CHICAGO — The past year has challenged Houses of Worship (HOW) and the individuals managing the facilities, requiring congregations and religious leaders to adopt new ways of engagement. To address these changes and openly discuss best practices for running a smooth event, Shure recently hosted a Tech Talk Series with audio industry professionals.
Beckie Campbell, founder of B4 Media Productions, and Samantha Potter, ProSoundWeb Senior Contributing Editor & Worship Tech Liaison, served as panelists discussing how to manage multiple HOW services across several buildings and related topics. Shure’s Laura Davidson and Jenn Liang-Chaboud led the engaging discussion where attendees heard from Campbell and Potter on the necessity of connecting HOW campuses, the technology behind livestreaming, and working with volunteers for seamless sessions – no matter how big or how small the congregation may be.
The Value and Importance of Connecting Your Campuses
It is safe to say that most Houses of Worship were headed toward the concept of connected campuses due to congregation growth. The need for these sorts of facilities, physical or virtual, grew significantly with COVID-19. Some churches were forced to adapt to holding outdoor and virtual formats for main services, and virtual ministries to serve different members of the congregation.
Connecting various campuses isn’t only about plugging in the right equipment at the right time. It’s ensuring that the audio and visuals are uniquely balanced at each location and throughout each site. During sound check, make sure to walk the entire location of each campus to check volume levels and make certain that the audio is properly balanced from the front of the room, all the way to the very back of the building.
Technology Behind Livestreaming Sessions
The technical leap between in-person and virtual sessions has historically come with a significant price tag. Over time, and as technology became more accessible, it became easier and more affordable to implement. An important first step to coordinating a livestream for a congregation is buying a tripod to connect and stabilize a smartphone – it can be this simple to get started. Churches may wish to expand the visual and audio quality through camera upgrades, mixing on a soundboard, and more.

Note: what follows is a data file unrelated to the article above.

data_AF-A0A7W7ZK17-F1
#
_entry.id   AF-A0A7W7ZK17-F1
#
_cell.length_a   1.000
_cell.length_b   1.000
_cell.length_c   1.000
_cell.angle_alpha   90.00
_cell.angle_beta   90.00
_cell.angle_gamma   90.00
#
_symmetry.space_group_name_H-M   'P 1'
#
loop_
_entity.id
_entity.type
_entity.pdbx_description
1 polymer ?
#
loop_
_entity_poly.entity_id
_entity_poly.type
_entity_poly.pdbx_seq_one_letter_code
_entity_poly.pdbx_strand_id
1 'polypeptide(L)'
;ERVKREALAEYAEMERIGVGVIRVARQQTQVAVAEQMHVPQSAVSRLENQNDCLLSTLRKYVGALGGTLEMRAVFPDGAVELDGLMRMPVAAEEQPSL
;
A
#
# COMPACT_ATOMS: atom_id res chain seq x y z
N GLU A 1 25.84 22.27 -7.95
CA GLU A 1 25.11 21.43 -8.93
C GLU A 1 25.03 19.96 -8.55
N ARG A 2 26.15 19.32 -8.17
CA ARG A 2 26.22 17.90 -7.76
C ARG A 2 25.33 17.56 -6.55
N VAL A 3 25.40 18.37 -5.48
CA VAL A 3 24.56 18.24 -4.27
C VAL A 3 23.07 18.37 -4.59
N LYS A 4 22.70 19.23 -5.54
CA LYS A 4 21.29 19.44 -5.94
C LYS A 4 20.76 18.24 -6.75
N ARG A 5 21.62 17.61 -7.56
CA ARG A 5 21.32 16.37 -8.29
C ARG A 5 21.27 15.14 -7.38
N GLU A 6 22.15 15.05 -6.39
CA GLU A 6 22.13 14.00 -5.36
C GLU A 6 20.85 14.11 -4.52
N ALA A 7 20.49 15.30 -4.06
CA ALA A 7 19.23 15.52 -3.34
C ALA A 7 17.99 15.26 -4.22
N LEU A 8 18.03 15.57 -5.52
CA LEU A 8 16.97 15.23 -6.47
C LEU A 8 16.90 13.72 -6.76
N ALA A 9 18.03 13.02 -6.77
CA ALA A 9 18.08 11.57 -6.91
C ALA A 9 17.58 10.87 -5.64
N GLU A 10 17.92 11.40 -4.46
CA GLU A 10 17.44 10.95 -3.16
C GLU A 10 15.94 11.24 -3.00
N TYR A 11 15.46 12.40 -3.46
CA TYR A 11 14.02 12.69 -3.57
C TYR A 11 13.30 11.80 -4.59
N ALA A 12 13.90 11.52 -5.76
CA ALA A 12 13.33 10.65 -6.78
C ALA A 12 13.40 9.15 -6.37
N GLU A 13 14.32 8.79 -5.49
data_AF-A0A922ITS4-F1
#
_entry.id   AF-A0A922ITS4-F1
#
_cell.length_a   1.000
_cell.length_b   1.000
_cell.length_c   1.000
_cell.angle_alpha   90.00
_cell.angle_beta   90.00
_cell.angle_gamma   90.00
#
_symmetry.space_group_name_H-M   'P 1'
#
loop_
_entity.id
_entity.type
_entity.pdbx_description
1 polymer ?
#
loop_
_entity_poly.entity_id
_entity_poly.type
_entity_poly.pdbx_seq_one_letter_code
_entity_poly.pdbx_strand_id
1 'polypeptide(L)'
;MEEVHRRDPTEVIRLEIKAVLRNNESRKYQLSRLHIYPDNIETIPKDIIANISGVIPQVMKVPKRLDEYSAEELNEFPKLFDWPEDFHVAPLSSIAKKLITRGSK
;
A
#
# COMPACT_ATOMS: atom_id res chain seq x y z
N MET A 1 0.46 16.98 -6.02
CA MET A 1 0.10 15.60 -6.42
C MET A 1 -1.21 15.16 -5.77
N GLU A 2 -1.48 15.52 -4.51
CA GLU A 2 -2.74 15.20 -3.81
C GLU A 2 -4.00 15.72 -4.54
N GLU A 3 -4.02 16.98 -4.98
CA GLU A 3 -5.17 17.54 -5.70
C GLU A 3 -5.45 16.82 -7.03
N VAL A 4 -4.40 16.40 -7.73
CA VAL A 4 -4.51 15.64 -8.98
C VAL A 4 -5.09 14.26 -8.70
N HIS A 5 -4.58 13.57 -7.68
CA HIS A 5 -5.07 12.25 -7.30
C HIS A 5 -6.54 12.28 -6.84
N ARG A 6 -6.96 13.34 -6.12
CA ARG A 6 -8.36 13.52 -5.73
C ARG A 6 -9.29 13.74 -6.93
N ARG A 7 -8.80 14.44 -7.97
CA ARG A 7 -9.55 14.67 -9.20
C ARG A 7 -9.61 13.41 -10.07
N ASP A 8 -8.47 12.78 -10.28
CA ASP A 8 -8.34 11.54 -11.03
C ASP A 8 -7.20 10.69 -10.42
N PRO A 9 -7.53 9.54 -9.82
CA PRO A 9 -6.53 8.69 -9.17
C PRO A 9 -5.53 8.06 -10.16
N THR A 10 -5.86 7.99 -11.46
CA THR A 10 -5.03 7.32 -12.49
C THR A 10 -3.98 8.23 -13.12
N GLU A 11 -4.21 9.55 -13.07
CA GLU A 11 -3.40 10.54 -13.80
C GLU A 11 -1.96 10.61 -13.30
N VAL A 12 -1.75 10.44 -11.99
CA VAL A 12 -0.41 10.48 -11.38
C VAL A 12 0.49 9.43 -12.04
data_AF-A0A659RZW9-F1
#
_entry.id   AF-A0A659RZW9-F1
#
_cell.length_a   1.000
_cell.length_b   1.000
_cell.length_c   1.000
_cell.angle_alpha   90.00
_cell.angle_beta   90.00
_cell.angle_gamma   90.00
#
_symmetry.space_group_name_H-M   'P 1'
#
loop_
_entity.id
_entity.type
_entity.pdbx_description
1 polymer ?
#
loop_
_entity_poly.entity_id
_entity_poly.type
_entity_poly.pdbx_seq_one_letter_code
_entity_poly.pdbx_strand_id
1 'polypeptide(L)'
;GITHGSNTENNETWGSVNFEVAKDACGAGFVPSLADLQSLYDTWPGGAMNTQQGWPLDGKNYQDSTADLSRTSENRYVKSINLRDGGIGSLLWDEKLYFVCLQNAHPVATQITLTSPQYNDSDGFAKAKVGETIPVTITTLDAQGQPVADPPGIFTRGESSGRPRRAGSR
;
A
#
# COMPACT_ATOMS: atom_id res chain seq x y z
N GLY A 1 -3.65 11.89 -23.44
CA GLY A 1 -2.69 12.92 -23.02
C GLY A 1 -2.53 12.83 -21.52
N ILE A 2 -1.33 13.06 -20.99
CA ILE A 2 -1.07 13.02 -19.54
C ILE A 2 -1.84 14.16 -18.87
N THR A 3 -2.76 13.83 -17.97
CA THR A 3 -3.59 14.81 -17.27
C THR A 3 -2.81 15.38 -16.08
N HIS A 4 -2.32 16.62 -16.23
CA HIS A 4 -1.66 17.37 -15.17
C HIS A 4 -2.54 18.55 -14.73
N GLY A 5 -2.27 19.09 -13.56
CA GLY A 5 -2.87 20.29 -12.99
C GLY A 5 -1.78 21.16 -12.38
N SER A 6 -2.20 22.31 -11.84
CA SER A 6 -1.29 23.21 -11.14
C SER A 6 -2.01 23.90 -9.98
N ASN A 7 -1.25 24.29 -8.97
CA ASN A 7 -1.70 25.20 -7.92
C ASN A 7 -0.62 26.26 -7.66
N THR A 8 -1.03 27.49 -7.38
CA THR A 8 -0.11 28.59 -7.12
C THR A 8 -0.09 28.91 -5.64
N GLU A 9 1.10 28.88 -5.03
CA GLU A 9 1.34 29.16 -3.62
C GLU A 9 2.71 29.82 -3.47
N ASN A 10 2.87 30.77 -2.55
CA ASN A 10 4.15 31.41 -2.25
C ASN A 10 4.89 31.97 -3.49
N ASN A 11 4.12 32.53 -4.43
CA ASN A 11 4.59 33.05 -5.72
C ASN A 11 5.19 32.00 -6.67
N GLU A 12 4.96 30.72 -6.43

Beyond the equipment, it’s essential to stream on platforms that members can easily access. Don’t overlook checking backend analytics to see where viewers are watching: YouTube, Facebook, your website, or elsewhere. After the most active platform is identified, work with the team to ensure it has the best quality audio and visuals as well.
Working with Volunteers
Having an extra set of hands and ears can be extremely helpful when connecting campuses and planning virtual livestreams. That said, coordinating new volunteers every week can be cumbersome at times. When training, take the time to slow down and invest in skill development, which can help the audio team in the long run. Group training is an easy way to inspire one another, as volunteers may have similar questions or needs. When it comes to recruitment, consider tapping into local high schools that require volunteer hours; college internship programs may be another way to find people willing to put in the time and effort to support the larger team.
A 20-year veteran in the music industry, Campbell has helped mentor and train teams across live events and Houses of Worship. She is a FOH, Monitor Engineer, and Owner of B4Media Production. Potter is an audio engineer, host of Church Sound Podcast, and editor for ProSoundWeb with a passion for mixing and educating. She began developing audio and production curricula for House of Worship technology teams and their leaders with a diverse background of live sound disciplines. Both women are exemplary leaders in the House of Worship audio space and excellent resources to the professional live sound community.